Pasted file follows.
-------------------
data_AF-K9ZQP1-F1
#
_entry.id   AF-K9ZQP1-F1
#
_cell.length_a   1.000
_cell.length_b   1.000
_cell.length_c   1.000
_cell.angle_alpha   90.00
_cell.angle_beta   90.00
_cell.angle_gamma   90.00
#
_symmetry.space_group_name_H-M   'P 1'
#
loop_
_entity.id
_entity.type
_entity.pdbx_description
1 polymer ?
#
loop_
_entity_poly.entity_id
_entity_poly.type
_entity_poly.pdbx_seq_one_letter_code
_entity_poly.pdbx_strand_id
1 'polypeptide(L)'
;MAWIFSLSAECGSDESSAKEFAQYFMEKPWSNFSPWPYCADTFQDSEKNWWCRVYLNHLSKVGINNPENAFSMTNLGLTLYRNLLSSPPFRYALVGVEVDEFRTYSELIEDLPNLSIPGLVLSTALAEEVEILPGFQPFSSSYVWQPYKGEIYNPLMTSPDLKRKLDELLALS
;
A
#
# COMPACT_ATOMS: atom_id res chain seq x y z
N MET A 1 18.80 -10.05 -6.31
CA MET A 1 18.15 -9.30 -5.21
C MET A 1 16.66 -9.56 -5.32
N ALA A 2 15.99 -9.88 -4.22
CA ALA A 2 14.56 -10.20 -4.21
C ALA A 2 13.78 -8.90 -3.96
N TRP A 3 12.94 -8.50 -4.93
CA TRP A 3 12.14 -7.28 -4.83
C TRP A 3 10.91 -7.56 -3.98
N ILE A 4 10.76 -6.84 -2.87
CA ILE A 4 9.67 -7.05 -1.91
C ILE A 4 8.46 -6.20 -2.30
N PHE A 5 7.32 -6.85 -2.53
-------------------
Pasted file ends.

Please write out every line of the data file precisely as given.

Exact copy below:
data_AF-K9ZQP1-F1
#
_entry.id   AF-K9ZQP1-F1
#
_cell.length_a   1.000
_cell.length_b   1.000
_cell.length_c   1.000
_cell.angle_alpha   90.00
_cell.angle_beta   90.00
_cell.angle_gamma   90.00
#
_symmetry.space_group_name_H-M   'P 1'
#
loop_
_entity.id
_entity.type
_entity.pdbx_description
1 polymer ?
#
loop_
_entity_poly.entity_id
_entity_poly.type
_entity_poly.pdbx_seq_one_letter_code
_entity_poly.pdbx_strand_id
1 'polypeptide(L)'
;MAWIFSLSAECGSDESSAKEFAQYFMEKPWSNFSPWPYCADTFQDSEKNWWCRVYLNHLSKVGINNPENAFSMTNLGLTLYRNLLSSPPFRYALVGVEVDEFRTYSELIEDLPNLSIPGLVLSTALAEEVEILPGFQPFSSSYVWQPYKGEIYNPLMTSPDLKRKLDELLALS
;
A
#
# COMPACT_ATOMS: atom_id res chain seq x y z
N MET A 1 18.80 -10.05 -6.31
CA MET A 1 18.15 -9.30 -5.21
C MET A 1 16.66 -9.56 -5.32
N ALA A 2 15.99 -9.88 -4.22
CA ALA A 2 14.56 -10.20 -4.21
C ALA A 2 13.78 -8.90 -3.96
N TRP A 3 12.94 -8.50 -4.93
CA TRP A 3 12.14 -7.28 -4.83
C TRP A 3 10.91 -7.56 -3.98
N ILE A 4 10.76 -6.84 -2.87
CA ILE A 4 9.67 -7.05 -1.91
C ILE A 4 8.46 -6.20 -2.30
N PHE A 5 7.32 -6.85 -2.53